Philosophical Dictionary, by Voltaire


A weight and denomination of money among the Jews; but as they never coined money, and always made use of the coinage of other people, all gold coins weighing about a guinea, and all silver coins of the weight of a small French crown, were called a shekel; and these shekels were distinguished into those of the weight of the sanctuary, and those of the weight of the king.

It is said in the Book of Samuel that Absalom had very fine hair, from which he cut a part every year. Many profound commentators assert that he cut it once a month, and that it was valued at two hundred shekels. If these shekels were of gold, the locks of Absalom were worth two thousand four hundred guineas per annum. There are few seigniories which produce at present the revenue that Absalom derived from his head.

It is said that when Abraham bought a cave in Hebron from the Canaanite Ephron, Ephron sold him the cave for four hundred shekels of silver, of current money with the merchant — probatæ monetæ publicæ.

We have already remarked that there was no coined money in these days, and thus these four hundred shekels of silver became four hundred shekels in weight, which, valued at present at three livres four sous each, are equal to twelve hundred and eighty livres of France.

It follows that the little field, which was sold with this cavern, was excellent land, to bring so high a price.

When Eleazar, the servant of Abraham, met the beautiful Rebecca, the daughter of Bethnel, carrying a pitcher of water upon her shoulder, from which she gave him and his camels leave to drink, he presented her with earrings of gold, which weighed two shekels, and bracelets which weighed ten, amounting in the whole to a present of the value of twenty-four guineas.

In the laws of Exodus it is said that if an ox gored a male or female slave, the possessor of the ox should give thirty shekels of silver to the master of the slave, and that the ox should be stoned. It is apparently to be understood that the ox in this case has produced a very dangerous wound, otherwise thirty-two crowns was a large sum for the neighborhood of Mount Sinai, where money was uncommon. It is for the same reason that many grave, but too hasty, persons suspect that Exodus as well as Genesis was not written until a comparatively late period.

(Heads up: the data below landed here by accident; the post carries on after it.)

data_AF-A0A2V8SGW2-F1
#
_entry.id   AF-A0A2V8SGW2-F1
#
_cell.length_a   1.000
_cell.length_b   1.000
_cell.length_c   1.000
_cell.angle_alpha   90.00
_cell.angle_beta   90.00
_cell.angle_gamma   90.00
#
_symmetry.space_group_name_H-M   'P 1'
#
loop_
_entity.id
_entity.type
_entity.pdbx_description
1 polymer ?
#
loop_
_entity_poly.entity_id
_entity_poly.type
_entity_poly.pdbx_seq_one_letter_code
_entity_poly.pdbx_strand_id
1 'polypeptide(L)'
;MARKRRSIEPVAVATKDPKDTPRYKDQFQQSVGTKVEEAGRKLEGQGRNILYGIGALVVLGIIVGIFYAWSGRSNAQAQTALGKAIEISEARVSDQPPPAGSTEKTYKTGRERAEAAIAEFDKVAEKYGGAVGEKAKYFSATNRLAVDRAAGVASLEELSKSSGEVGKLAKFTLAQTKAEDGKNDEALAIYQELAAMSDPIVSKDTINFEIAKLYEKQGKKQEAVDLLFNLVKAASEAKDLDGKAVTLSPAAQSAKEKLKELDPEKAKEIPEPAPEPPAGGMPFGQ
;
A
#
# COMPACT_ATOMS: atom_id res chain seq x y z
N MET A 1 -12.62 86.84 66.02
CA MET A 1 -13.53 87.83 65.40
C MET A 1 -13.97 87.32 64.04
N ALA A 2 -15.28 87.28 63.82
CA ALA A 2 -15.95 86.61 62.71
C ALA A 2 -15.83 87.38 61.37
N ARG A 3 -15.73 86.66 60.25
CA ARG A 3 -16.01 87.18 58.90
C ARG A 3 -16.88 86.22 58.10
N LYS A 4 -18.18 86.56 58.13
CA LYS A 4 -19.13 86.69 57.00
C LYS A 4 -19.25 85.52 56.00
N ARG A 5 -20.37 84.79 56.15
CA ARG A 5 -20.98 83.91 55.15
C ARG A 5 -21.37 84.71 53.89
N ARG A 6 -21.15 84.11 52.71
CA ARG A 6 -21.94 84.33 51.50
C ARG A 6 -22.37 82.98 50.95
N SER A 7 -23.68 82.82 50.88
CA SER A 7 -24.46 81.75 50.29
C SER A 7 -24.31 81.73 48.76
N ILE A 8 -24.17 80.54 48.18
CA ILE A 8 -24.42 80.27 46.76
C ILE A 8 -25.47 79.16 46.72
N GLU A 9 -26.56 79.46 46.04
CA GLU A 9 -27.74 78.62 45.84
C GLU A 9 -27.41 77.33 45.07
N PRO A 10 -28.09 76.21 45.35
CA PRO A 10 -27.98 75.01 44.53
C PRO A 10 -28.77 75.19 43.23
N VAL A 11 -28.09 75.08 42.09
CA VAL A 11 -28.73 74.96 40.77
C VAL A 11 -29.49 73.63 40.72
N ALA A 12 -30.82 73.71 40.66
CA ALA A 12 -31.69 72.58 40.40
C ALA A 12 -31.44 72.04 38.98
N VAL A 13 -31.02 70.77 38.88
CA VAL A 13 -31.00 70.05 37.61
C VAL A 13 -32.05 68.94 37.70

What tends to confirm them in this erroneous opinion is a passage in the same Exodus: “Take of pure myrrh five hundred shekels, and of sweet cinnamon half as much; of sweet calamus two hundred and fifty shekels; of cassia five hundred shekels, after the shekel of the sanctuary; and of olive-oil a ton, to form an ointment to annoint the tabernacle”; and whosoever anointed himself or any stranger with a similar composition, was to be put to death.

It is added that with all these aromatics were to be united stacte, onyx, galbanum, and frankincense; and that a perfume was to be mixed up according to the art of the apothecary or perfumer.

But I cannot perceive anything in this composition which ought to excite the doubt of the incredulous. It is natural to imagine that the Jews — who, according to the text, stole from the Egyptians all which they could bring away — had also taken frankincense, galbanum, onyx, stacte, olive-oil, cassia, sweet calamus, cinnamon, and myrrh. They also, without doubt, stole many shekels; indeed, we have seen, that one of the most zealous partisans of this Hebrew horde estimates what they stole, in gold alone, at nine millions. I abide by his reckoning.

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